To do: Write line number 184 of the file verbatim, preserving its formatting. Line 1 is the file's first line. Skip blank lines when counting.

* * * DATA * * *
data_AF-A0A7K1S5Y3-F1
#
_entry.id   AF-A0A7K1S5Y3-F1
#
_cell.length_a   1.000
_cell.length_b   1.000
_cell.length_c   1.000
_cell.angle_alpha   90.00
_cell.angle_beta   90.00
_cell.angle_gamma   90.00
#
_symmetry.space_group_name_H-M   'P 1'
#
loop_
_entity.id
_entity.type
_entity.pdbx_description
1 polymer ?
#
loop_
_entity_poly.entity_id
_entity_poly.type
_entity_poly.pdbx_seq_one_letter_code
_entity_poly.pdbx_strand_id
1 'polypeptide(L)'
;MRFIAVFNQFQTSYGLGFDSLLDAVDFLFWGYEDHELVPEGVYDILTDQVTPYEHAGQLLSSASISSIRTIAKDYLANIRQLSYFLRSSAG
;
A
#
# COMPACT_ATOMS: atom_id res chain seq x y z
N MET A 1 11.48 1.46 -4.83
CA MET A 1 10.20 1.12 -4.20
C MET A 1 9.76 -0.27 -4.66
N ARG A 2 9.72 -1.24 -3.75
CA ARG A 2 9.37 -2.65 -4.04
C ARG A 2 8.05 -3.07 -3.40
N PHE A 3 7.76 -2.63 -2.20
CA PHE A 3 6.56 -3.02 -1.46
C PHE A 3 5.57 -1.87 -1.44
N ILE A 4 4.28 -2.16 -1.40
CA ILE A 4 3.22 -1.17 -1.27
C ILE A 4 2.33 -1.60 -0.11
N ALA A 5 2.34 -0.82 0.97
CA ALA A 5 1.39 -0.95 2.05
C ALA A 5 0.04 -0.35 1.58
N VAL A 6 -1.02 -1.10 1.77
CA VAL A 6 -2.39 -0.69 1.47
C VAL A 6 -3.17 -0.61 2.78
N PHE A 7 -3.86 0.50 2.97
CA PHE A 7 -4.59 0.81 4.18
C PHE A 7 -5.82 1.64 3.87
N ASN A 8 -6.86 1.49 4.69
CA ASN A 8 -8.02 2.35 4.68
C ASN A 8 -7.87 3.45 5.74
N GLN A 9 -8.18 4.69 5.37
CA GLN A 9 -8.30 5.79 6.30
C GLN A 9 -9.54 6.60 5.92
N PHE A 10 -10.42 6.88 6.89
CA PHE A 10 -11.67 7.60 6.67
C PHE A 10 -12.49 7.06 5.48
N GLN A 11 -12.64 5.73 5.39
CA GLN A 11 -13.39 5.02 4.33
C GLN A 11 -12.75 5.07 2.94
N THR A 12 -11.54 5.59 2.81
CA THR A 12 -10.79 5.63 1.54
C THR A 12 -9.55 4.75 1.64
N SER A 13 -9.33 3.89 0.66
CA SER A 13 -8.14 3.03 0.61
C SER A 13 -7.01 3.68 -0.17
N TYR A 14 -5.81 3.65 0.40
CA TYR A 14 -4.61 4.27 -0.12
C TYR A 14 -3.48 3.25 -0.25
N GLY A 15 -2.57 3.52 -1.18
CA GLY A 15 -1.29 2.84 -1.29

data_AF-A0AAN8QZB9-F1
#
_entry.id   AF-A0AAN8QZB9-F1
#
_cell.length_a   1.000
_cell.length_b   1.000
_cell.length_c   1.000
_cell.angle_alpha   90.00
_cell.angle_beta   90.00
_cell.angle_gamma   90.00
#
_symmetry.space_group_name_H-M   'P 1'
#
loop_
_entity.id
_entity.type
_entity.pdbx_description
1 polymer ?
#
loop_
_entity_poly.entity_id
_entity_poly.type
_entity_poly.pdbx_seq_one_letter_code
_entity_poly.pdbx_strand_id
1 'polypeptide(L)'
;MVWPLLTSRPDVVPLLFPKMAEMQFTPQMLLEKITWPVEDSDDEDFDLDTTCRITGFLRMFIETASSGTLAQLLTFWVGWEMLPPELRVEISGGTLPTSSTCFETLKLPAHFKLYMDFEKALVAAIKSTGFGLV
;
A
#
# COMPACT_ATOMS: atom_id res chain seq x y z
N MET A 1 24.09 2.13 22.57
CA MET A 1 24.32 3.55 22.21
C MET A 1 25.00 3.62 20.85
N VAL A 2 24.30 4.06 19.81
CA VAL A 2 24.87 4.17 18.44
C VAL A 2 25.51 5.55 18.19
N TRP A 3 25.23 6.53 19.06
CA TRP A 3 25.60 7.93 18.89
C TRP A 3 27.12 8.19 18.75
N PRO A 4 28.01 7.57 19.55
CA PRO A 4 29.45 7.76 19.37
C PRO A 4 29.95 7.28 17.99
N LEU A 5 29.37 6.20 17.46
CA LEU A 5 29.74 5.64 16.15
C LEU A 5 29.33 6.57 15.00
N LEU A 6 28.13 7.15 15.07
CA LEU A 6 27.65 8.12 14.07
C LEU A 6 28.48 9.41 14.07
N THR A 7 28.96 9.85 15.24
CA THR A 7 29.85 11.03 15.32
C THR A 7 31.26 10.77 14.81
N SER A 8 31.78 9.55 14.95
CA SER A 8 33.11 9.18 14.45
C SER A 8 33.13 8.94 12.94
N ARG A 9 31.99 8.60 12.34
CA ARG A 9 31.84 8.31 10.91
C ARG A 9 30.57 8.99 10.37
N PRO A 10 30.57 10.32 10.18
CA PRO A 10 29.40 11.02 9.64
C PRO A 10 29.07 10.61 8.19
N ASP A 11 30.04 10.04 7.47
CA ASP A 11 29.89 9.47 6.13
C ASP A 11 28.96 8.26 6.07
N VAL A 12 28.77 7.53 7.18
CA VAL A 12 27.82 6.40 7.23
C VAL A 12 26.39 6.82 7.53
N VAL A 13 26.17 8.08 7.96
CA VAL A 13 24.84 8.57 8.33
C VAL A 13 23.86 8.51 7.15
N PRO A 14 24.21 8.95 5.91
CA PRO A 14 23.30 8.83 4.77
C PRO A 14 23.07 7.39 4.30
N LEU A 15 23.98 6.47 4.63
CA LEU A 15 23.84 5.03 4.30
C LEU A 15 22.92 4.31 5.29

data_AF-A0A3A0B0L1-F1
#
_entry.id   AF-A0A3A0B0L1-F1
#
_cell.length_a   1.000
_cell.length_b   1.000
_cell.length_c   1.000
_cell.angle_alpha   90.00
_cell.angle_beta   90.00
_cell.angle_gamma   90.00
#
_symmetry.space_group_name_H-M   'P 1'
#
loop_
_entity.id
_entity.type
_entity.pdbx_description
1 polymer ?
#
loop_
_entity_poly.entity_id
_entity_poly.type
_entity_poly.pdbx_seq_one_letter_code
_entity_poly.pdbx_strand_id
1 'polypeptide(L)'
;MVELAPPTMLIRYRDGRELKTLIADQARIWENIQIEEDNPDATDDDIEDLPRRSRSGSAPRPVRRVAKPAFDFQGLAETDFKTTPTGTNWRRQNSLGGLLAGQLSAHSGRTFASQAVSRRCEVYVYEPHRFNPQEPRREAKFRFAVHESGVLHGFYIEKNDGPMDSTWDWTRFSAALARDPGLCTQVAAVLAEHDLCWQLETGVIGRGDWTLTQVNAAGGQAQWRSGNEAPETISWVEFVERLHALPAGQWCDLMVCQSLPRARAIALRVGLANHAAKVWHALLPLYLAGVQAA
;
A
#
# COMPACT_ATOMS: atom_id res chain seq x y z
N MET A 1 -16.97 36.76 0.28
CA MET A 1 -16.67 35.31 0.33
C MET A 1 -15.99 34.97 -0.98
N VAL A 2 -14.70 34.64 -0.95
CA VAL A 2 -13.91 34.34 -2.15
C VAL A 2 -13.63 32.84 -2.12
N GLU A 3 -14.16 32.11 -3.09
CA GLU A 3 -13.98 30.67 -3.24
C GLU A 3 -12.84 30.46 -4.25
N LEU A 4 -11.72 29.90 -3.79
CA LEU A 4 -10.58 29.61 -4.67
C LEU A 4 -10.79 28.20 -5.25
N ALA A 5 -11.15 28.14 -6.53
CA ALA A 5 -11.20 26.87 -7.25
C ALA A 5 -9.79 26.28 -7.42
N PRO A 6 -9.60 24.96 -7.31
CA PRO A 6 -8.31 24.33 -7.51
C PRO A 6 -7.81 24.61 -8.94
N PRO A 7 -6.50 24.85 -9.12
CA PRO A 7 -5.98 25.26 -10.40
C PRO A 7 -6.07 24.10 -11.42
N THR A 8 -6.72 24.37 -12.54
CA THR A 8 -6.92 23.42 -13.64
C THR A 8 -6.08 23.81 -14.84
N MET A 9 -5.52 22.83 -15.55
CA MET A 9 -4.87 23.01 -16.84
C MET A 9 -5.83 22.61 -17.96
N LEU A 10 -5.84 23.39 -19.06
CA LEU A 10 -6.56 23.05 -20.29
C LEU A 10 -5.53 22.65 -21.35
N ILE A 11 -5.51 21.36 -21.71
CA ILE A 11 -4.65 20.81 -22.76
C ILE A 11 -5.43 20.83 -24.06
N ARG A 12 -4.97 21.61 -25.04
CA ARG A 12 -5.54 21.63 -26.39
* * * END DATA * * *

CA VAL A 2 -13.91 34.34 -2.15